By Larry Hodgson
Question: I was taking cuttings of my coleus as I do each spring and saw on the original label a mention, “Propagation strictly prohibited.” I’d never noticed this before. Does this mean I can’t take cuttings from this plant? Because if I had known that, I would never have bought it. Half the fun of growing plants is multiplying them!
Answer: More and more plants these days are protected by plant patents. The label might bear a trademark symbol (™) or indicate “PPAF,” which stands for Plant Patent Applied For. Or maybe it has a plant patent number. Often, you’ll also see on the label a mention like “propagation strictly prohibited” or “asexual propagation prohibited.”
Although you might see other interpretations on the Internet, a legal opinion from the Garden Writers Association (now Garden Communicators International) several years ago asserts that the asexual multiplication of a patented plant without the permission of the patent owner, usually a nursery, is indeed illegal. And this even applies to amateur gardeners. So, legally speaking, you’re not allowed to divide it, take cuttings or multiply it by grafting or tissue culture.
You could theoretically harvest seeds from your plant and sow those, as this type of plant patent only covers asexual reproduction, but then such plant are hybrids and don’t come true to type and that rather defeats the purpose.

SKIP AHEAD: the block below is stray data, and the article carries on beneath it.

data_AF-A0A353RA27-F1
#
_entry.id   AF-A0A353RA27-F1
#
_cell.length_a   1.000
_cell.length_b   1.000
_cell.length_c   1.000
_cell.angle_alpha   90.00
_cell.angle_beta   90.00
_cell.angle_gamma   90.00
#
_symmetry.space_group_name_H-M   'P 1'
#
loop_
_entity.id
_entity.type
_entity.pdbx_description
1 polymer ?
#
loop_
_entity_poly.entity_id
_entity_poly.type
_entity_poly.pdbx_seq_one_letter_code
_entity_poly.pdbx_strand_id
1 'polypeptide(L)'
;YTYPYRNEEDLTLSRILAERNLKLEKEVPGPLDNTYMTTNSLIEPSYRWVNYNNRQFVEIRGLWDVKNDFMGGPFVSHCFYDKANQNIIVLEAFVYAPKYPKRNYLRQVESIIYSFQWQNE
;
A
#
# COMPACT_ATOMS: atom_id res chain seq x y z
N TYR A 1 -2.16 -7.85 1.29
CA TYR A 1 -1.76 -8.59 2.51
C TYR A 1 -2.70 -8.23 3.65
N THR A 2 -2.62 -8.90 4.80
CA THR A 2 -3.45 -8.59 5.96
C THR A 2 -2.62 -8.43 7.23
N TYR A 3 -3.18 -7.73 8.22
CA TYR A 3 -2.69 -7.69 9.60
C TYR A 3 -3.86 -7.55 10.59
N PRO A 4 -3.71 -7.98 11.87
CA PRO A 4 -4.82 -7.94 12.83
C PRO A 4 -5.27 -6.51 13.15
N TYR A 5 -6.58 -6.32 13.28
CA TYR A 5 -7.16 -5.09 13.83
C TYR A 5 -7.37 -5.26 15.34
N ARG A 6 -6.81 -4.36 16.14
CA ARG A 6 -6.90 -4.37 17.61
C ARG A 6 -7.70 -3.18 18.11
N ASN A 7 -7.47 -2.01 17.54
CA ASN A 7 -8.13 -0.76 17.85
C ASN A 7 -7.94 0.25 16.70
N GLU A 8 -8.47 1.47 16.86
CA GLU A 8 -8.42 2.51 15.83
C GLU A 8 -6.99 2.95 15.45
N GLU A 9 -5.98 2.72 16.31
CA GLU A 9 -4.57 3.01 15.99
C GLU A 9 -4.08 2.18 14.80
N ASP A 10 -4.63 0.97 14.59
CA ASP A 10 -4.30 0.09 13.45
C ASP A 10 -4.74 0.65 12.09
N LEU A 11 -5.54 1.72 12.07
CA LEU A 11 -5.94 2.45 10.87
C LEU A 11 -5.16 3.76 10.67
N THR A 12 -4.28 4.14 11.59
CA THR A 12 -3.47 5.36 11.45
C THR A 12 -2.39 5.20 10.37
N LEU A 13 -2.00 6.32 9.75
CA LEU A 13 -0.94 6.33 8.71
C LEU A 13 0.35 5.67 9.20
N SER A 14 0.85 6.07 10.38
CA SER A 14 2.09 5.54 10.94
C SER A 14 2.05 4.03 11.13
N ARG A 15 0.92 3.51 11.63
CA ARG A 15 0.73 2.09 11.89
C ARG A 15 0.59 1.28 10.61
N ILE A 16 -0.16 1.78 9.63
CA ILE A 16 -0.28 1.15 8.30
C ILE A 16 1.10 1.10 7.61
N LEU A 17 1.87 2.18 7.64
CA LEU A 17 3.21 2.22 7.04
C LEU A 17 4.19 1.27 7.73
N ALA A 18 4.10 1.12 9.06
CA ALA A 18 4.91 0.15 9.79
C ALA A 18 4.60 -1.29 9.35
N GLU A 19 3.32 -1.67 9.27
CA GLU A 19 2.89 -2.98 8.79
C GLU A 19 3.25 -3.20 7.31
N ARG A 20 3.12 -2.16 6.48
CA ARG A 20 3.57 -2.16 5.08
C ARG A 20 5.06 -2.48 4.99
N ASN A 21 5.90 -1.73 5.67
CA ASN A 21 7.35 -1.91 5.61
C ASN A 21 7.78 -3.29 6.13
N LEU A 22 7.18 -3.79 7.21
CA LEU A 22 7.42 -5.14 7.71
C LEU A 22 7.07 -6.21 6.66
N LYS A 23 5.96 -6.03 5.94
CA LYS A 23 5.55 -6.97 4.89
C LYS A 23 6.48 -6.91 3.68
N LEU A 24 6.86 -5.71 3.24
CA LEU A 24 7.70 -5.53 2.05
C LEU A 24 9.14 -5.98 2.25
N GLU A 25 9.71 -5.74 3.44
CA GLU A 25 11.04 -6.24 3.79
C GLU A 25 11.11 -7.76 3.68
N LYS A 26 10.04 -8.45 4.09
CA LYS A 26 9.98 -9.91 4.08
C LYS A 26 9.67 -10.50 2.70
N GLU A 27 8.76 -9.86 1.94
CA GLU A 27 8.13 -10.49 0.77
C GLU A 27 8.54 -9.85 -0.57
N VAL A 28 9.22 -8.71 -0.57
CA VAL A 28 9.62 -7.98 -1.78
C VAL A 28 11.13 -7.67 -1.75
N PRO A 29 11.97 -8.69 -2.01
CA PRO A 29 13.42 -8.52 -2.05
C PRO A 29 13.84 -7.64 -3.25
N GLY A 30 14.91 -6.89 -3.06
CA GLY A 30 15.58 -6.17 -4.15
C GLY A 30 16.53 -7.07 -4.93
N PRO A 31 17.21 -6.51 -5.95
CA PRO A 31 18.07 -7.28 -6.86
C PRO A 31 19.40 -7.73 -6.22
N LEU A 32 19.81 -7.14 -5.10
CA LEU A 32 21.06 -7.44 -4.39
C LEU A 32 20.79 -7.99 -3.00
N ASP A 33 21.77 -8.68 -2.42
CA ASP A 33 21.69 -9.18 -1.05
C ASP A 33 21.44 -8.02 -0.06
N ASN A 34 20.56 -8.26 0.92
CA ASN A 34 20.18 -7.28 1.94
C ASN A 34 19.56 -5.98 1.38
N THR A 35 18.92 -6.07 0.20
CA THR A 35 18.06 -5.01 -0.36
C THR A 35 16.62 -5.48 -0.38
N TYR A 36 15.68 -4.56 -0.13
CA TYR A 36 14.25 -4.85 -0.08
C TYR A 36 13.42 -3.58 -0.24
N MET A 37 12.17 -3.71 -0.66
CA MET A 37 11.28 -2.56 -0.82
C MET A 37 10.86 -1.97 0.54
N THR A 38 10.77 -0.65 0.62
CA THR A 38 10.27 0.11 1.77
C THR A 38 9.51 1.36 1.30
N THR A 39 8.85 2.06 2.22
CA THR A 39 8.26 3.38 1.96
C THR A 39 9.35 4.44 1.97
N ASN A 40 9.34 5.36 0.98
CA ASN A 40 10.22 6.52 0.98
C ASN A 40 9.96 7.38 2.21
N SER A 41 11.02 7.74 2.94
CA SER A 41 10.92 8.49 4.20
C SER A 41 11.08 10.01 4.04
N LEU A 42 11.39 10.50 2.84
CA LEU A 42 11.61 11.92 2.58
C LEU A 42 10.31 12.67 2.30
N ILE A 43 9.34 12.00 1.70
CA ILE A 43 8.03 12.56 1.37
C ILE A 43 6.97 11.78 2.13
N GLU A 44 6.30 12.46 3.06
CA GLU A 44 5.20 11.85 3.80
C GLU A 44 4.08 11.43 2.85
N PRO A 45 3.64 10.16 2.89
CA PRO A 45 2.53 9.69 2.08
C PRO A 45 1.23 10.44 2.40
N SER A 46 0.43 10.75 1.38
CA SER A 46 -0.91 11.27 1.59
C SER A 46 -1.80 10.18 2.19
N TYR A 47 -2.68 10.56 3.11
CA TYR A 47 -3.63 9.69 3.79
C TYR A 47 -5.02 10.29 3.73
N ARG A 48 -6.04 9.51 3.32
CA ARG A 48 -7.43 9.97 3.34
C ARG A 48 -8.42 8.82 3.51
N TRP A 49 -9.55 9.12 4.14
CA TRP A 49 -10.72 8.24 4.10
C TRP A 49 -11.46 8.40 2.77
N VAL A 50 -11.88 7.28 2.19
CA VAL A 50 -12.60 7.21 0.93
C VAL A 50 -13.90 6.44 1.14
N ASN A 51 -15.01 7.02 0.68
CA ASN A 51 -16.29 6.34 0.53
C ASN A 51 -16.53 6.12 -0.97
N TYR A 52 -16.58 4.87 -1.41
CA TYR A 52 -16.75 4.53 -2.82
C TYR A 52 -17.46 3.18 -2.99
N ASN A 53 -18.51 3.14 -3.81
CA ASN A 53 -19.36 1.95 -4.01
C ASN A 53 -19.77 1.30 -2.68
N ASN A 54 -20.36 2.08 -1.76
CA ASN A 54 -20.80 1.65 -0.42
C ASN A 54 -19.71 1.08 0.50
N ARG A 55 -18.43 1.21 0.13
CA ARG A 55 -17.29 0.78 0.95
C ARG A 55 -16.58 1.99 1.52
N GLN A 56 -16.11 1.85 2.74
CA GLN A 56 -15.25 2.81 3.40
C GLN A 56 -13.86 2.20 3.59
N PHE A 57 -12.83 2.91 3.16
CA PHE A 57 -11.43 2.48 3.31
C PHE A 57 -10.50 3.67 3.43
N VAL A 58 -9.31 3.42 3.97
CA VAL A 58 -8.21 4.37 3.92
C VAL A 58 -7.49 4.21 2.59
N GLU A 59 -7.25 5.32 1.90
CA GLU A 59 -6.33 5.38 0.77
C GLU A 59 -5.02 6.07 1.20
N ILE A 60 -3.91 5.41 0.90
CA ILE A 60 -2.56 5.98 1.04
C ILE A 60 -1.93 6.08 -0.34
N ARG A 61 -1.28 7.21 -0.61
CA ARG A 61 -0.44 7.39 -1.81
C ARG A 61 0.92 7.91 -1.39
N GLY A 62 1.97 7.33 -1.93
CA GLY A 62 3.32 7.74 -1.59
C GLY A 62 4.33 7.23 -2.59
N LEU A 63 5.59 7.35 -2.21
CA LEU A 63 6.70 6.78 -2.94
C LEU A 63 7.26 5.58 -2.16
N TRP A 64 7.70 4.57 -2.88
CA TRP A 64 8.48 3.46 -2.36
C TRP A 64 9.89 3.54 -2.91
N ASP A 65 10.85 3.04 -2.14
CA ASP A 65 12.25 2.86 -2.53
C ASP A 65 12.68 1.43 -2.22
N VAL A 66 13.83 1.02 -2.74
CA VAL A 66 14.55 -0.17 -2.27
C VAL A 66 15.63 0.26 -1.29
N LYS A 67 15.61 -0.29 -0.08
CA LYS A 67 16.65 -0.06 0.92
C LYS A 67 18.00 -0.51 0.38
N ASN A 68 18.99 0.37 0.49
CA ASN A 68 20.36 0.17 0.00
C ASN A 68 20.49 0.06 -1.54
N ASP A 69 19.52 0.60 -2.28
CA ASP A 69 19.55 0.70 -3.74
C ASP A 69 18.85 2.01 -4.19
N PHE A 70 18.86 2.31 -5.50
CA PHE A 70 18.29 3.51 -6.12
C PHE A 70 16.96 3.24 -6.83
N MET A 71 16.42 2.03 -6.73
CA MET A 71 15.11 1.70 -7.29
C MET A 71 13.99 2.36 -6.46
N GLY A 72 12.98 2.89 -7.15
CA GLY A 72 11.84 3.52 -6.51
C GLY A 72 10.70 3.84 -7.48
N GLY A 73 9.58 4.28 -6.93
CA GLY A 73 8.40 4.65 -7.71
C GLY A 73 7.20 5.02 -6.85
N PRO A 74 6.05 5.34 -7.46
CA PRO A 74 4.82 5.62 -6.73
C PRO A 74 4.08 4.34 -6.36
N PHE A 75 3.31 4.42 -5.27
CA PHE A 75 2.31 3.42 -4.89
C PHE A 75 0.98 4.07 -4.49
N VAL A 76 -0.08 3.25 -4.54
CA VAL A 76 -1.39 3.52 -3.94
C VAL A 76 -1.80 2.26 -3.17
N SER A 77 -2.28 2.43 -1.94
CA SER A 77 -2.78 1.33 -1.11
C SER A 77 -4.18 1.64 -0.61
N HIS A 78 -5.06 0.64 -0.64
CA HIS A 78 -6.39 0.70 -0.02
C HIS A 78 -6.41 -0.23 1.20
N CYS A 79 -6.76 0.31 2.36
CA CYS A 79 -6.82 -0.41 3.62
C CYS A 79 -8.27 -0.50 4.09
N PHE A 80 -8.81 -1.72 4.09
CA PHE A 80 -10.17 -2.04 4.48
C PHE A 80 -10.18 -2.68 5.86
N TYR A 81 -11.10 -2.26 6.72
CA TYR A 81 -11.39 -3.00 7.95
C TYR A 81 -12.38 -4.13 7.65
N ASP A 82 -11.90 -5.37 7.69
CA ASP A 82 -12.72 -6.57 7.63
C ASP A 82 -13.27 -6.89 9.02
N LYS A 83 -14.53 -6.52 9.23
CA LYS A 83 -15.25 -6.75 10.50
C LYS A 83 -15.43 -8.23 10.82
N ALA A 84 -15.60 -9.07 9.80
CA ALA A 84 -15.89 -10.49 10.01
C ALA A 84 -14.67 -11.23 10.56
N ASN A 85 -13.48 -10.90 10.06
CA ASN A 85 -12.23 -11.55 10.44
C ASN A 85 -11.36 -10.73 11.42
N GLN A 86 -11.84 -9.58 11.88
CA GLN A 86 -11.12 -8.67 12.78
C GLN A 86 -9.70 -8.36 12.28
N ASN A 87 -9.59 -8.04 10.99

No Jail Time
That said, you will never be taken to court for such an offense, nor will you even be fined . . . as long as you don’t try to sell the plant you propagated. In other words, what worries the patent owner is when an unauthorized company starts selling its protected plant on a commercial scale. A gardener taking 10 cuttings to decorate their garden really isn’t on the owner’s radar, but a nursery producing and selling 10,000 plants of a patented variety without permission would certainly be taken to court.
I checked this out with a representative of a nursery that owns numerous plant patents, and effectively, she told me her company has no intention of taking home gardeners to court over plant patent infringements. They are well aware that amateur gardeners get a lot of pleasure out of multiplying plants and that dividing plants and taking cuttings are part and parcel of gardening. While they don’t actively encourage home gardeners to reproduce their plants, the company’s policy is to not react when it happens. However, she insisted they will prosecute fully any commercial dealer caught propagating their plants without permission.
So, while multiplying patented plants asexually for personal use remains theoretically illegal, it is not likely ever to be prosecuted. You’ll have to look at your own moral compass to decide whether you find that acceptable.